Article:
On that courtyard the loafers played ball. the gentle god-fearing
lads would not engage in such sports. outside that court was an
apple orchard with a tempting fence to climb for the tempting
On the corner was the club house where the affairs of the town
took place and underneath lived the superintendent with a
houseful of maidens engaged in rolling cigarettes. there, my
first curiosity was aroused by seeing girls smoke. those were
habitual smokers puffing ardently with grace and passion.
coming back to our courtyard: on the center right was our abode-
a big one room apartment of recent build. a narrow hallway with a
storage room. on the top shelf in the very corner of that pantry
I kept a little tin box and that was my safe where I used to put
away my kopecks saved up from the fruchens I was supposed to buy
for breakfast. in that hall were stationed two vats filled with
drinking water and alongside of it was a tub for refuse; after it
was heapingly filled it would be emptied in the yard, no place
in particular. there were two sets of drinking water brought on
the shoulders of a carrier in two wooden pails. one set was from
a nearby well delivered every other day; that was common drinking
water and for general use. the other was filled special for tea
and was brought from a distant well once a week, famed all over
town for its tea qualifications.
Right by the door was one room partitioned off and rented. The
rest of the house held the baking oven facing the door with a
compartment on top. In that oven bread was baked once a week to
last for seven days besides challah for Saturday and the Sabbath
meals were stored into the day before.
In winter on Friday nights it was the greatest pleasure for the
entire family to lay on top of that oven eat sunflower seeds and
relate ghost stories. On the other side of the oven was a hearth,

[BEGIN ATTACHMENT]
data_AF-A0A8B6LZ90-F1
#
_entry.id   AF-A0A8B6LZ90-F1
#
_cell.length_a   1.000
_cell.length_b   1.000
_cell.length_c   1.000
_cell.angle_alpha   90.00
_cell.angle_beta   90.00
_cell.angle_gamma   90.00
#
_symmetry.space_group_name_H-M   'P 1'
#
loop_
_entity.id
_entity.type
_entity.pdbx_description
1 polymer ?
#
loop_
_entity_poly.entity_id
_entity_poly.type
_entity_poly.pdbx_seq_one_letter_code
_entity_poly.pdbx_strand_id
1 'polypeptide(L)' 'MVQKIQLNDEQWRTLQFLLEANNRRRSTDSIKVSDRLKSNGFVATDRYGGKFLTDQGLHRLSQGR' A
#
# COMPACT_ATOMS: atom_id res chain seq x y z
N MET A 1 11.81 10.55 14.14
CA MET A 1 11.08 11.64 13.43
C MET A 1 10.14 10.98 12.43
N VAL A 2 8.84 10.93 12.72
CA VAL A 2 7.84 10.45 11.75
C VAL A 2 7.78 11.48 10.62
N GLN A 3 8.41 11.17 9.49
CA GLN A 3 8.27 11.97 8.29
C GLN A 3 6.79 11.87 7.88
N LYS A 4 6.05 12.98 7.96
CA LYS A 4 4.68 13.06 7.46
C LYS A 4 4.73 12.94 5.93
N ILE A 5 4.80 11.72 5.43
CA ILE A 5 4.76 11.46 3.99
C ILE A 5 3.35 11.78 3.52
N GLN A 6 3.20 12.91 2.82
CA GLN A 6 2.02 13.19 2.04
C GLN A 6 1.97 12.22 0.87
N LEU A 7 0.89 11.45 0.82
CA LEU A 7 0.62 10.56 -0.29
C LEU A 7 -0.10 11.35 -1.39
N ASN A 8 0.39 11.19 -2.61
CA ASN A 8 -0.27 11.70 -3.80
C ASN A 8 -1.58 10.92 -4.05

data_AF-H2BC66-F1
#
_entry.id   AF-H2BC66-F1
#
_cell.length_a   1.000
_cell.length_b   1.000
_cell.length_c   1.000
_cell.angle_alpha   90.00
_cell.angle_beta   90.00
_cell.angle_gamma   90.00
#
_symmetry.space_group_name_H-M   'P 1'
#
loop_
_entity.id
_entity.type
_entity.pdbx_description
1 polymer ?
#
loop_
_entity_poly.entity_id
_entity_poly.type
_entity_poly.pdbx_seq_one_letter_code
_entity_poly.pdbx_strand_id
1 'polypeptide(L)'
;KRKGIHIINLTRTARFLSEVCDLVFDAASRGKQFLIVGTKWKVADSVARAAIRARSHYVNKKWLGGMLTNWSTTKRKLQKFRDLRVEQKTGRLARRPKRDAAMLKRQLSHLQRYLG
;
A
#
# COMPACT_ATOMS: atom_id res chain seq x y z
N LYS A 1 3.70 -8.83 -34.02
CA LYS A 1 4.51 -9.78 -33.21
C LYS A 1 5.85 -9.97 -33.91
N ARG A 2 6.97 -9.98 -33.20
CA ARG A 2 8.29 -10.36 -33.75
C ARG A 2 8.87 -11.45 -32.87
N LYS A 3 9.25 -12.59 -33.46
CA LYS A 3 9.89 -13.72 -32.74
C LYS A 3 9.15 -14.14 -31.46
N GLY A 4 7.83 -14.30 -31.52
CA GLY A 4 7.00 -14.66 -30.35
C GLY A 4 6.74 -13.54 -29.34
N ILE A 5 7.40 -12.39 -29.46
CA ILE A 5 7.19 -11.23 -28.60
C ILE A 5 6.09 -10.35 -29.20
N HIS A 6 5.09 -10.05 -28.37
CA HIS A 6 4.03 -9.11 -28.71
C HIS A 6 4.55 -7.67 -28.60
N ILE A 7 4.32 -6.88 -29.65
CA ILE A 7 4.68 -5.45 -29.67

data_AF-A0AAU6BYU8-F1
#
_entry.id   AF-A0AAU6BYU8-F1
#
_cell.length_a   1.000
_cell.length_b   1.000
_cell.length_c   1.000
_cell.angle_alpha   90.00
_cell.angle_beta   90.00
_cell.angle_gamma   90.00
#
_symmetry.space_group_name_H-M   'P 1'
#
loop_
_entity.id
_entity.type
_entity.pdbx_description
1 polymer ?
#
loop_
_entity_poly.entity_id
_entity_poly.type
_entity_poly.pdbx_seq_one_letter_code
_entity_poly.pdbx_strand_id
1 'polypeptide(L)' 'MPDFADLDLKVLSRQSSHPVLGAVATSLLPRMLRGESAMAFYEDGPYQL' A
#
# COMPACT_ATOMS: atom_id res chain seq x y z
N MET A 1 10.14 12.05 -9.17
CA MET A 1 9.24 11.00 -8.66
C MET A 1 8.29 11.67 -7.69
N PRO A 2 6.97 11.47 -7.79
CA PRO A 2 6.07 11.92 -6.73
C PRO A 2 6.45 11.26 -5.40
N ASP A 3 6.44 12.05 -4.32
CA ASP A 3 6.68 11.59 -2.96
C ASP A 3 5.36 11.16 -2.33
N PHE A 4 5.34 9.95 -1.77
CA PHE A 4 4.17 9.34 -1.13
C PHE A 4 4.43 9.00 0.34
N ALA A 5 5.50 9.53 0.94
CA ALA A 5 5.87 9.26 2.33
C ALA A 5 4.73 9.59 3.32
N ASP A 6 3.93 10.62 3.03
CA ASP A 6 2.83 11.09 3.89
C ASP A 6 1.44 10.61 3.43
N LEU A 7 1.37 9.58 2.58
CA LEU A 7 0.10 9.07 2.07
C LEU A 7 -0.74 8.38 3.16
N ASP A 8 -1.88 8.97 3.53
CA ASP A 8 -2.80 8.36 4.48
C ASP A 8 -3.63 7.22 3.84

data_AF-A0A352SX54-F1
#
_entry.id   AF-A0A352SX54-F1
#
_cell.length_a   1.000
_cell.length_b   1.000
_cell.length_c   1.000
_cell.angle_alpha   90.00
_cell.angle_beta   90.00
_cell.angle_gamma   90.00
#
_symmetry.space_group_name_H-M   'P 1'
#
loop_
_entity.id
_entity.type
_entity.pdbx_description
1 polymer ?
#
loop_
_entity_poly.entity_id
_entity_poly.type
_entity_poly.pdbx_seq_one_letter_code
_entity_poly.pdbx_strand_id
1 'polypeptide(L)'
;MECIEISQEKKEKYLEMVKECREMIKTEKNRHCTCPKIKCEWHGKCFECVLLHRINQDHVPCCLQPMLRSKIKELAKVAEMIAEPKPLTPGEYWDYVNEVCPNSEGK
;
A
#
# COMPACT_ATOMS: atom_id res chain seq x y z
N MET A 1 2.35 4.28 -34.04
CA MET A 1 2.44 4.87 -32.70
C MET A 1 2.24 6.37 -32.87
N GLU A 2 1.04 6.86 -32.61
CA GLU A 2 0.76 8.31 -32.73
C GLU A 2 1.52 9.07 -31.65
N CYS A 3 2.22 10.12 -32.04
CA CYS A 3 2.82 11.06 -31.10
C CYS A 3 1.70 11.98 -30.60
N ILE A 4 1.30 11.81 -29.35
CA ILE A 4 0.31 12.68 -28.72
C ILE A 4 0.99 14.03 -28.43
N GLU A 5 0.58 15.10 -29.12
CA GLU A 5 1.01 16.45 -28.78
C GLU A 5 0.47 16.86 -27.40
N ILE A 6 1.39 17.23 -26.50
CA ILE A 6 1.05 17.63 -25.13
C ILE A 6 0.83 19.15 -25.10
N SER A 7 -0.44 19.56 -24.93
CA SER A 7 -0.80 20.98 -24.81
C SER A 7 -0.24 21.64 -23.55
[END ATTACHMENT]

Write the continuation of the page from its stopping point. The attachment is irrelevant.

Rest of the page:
the top of which was used as a sleeping bunk. The entire room was
used as a combination workshop dormitory dining room, guest
room etc ...
I cannot forget the visit of a great uncle, a big
strappy man from a distant town. We had as a guestly treat beans
for supper. He then occupied the couch, the most imposing piece
of furniture in the house. In the middle of the night, I heard
the big great uncle bursting forth shooting volleys exploding.
I was dazed not knowing what happened to our dear guest.
On the other hand there lingers in my memory the visits of my
kindly maternal grandfather a typical wandering Jew. He was
always on the go bag under arm marching from one town to
another visiting his scattered daughters or relatives.
To me it
was an event when zeide' used to come. One thing he always used
to bring a 'nosh'. How I lived to feel around his sack and
praying paraphernalia; take out his snuff boxy examine it, and
take a sniff at it- the sneeze that followed was a delight. He
was around the seventies with stooped back and always chanting
by himself repeating each phrase absent mindedly two or three
times. After every meal he had to eat a slice of bread as an
In his younger days he was a musician playing the
trombone or any of the biggest wind instruments. Later, he
switched to the drums banging the big drum or thumbing the
tambourine. I remember his joy on one of his visits when he
volunteered his services to a neighbor's wedding. He was
pounding his fist on a little hand drum with such a zeal that it
was bleeding- as he was out of practice and he painted the drum
scarlet red but he kept on banging at it as if nothing happened.
To be continued.......